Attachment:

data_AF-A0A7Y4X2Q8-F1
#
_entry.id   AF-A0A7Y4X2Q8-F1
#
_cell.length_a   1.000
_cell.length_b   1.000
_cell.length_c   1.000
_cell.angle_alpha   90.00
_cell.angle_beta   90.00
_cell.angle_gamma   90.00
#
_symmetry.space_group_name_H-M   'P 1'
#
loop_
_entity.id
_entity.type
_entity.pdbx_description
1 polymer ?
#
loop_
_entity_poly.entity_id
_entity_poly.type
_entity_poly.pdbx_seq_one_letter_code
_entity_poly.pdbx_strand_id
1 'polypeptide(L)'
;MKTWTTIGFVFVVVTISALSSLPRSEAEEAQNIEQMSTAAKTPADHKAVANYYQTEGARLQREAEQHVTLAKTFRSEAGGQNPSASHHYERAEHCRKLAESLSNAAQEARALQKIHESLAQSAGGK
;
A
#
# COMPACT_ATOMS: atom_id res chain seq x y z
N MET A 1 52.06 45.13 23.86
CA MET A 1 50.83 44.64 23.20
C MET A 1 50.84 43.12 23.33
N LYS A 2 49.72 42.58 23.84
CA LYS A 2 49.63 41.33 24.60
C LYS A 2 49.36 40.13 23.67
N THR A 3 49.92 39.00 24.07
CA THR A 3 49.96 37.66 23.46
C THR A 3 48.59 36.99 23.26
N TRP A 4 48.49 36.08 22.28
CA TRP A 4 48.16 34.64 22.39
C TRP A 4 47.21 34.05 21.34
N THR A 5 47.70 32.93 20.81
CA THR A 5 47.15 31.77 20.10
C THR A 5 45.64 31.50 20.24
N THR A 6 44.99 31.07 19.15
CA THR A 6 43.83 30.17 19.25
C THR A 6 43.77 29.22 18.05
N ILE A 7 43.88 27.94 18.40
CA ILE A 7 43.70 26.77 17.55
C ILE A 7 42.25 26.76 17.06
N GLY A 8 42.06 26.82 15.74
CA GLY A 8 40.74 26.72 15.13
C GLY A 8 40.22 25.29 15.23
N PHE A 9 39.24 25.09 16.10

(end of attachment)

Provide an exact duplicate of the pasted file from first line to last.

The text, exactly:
data_AF-A0A7Y4X2Q8-F1
#
_entry.id   AF-A0A7Y4X2Q8-F1
#
_cell.length_a   1.000
_cell.length_b   1.000
_cell.length_c   1.000
_cell.angle_alpha   90.00
_cell.angle_beta   90.00
_cell.angle_gamma   90.00
#
_symmetry.space_group_name_H-M   'P 1'
#
loop_
_entity.id
_entity.type
_entity.pdbx_description
1 polymer ?
#
loop_
_entity_poly.entity_id
_entity_poly.type
_entity_poly.pdbx_seq_one_letter_code
_entity_poly.pdbx_strand_id
1 'polypeptide(L)'
;MKTWTTIGFVFVVVTISALSSLPRSEAEEAQNIEQMSTAAKTPADHKAVANYYQTEGARLQREAEQHVTLAKTFRSEAGGQNPSASHHYERAEHCRKLAESLSNAAQEARALQKIHESLAQSAGGK
;
A
#
# COMPACT_ATOMS: atom_id res chain seq x y z
N MET A 1 52.06 45.13 23.86
CA MET A 1 50.83 44.64 23.20
C MET A 1 50.84 43.12 23.33
N LYS A 2 49.72 42.58 23.84
CA LYS A 2 49.63 41.33 24.60
C LYS A 2 49.36 40.13 23.67
N THR A 3 49.92 39.00 24.07
CA THR A 3 49.96 37.66 23.46
C THR A 3 48.59 36.99 23.26
N TRP A 4 48.49 36.08 22.28
CA TRP A 4 48.16 34.64 22.39
C TRP A 4 47.21 34.05 21.34
N THR A 5 47.70 32.93 20.81
CA THR A 5 47.15 31.77 20.10
C THR A 5 45.64 31.50 20.24
N THR A 6 44.99 31.07 19.15
CA THR A 6 43.83 30.17 19.25
C THR A 6 43.77 29.22 18.05
N ILE A 7 43.88 27.94 18.40
CA ILE A 7 43.70 26.77 17.55
C ILE A 7 42.25 26.76 17.06
N GLY A 8 42.06 26.82 15.74
CA GLY A 8 40.74 26.72 15.13
C GLY A 8 40.22 25.29 15.23
N PHE A 9 39.24 25.09 16.10